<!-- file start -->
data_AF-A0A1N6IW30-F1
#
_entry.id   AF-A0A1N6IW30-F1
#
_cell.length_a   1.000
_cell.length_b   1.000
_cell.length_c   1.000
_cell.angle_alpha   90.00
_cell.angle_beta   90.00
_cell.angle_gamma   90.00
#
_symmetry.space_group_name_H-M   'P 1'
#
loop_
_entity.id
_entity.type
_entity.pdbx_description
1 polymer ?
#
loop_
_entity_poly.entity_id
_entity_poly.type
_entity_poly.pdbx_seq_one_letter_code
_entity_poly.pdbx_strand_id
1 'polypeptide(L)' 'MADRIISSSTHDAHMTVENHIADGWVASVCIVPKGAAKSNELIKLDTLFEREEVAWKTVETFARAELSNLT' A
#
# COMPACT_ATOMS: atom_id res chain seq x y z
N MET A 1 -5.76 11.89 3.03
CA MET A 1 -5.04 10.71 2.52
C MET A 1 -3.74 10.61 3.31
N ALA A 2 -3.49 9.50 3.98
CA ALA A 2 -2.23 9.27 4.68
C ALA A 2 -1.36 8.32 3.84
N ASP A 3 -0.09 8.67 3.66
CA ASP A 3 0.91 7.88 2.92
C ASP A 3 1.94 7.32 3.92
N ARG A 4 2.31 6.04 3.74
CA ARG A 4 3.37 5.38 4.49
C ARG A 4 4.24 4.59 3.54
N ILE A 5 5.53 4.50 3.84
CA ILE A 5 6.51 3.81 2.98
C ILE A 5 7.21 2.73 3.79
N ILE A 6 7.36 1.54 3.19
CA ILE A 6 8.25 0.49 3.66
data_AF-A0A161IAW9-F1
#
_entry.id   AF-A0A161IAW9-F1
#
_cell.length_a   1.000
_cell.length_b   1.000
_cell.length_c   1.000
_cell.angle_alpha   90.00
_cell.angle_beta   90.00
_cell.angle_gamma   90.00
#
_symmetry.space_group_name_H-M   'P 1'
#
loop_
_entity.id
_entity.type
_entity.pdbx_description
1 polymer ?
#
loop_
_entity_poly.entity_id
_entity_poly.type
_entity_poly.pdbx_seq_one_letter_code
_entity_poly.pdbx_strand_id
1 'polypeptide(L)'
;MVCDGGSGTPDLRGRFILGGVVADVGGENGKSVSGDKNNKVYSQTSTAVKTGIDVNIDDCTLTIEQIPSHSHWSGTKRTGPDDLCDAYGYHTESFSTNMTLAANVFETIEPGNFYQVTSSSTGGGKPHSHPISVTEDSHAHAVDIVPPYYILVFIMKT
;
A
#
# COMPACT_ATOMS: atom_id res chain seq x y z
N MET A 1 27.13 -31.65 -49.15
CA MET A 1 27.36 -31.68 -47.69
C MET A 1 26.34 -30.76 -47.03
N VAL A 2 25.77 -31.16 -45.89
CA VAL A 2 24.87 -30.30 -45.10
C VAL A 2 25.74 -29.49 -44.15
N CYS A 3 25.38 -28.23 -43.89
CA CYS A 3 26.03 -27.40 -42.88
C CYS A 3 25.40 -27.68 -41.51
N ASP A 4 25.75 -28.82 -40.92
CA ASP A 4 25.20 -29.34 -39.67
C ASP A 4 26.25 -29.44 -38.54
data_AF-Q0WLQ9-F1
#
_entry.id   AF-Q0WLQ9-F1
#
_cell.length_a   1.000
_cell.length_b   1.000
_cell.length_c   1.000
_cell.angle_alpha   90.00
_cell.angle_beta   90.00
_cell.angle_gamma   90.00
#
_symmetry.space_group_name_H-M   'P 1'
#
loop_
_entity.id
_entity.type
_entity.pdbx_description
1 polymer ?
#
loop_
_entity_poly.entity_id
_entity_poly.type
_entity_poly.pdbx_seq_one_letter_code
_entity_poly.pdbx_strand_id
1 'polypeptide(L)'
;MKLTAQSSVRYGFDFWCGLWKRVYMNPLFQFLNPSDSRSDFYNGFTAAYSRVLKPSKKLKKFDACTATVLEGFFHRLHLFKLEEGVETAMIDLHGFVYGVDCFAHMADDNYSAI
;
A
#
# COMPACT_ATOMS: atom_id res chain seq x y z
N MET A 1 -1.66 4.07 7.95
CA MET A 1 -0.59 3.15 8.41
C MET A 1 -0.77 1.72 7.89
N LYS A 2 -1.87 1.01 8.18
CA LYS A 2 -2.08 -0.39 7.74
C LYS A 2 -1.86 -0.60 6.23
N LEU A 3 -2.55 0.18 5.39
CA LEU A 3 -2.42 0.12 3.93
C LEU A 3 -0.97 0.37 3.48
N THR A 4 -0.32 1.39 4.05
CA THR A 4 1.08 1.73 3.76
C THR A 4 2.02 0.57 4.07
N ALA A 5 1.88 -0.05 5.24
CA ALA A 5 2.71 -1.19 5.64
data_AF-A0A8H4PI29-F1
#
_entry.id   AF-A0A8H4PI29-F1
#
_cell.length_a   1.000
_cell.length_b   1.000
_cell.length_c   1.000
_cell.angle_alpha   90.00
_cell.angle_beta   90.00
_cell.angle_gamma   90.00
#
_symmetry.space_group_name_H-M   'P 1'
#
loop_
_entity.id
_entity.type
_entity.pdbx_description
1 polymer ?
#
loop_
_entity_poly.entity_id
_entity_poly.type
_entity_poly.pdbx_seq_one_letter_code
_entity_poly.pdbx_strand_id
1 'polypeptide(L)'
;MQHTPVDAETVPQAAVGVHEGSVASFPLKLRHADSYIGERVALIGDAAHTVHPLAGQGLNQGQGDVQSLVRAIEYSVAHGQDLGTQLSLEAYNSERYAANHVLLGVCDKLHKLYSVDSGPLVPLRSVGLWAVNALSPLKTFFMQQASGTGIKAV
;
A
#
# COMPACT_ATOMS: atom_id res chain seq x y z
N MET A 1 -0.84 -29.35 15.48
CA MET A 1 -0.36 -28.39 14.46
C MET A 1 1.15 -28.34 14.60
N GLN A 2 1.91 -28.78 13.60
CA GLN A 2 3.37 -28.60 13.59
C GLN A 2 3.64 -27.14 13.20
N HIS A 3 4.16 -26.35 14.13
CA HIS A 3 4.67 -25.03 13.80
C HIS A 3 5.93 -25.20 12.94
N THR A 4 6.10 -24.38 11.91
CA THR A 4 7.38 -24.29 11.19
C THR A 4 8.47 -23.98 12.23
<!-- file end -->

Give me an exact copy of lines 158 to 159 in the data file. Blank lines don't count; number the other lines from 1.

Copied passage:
A
#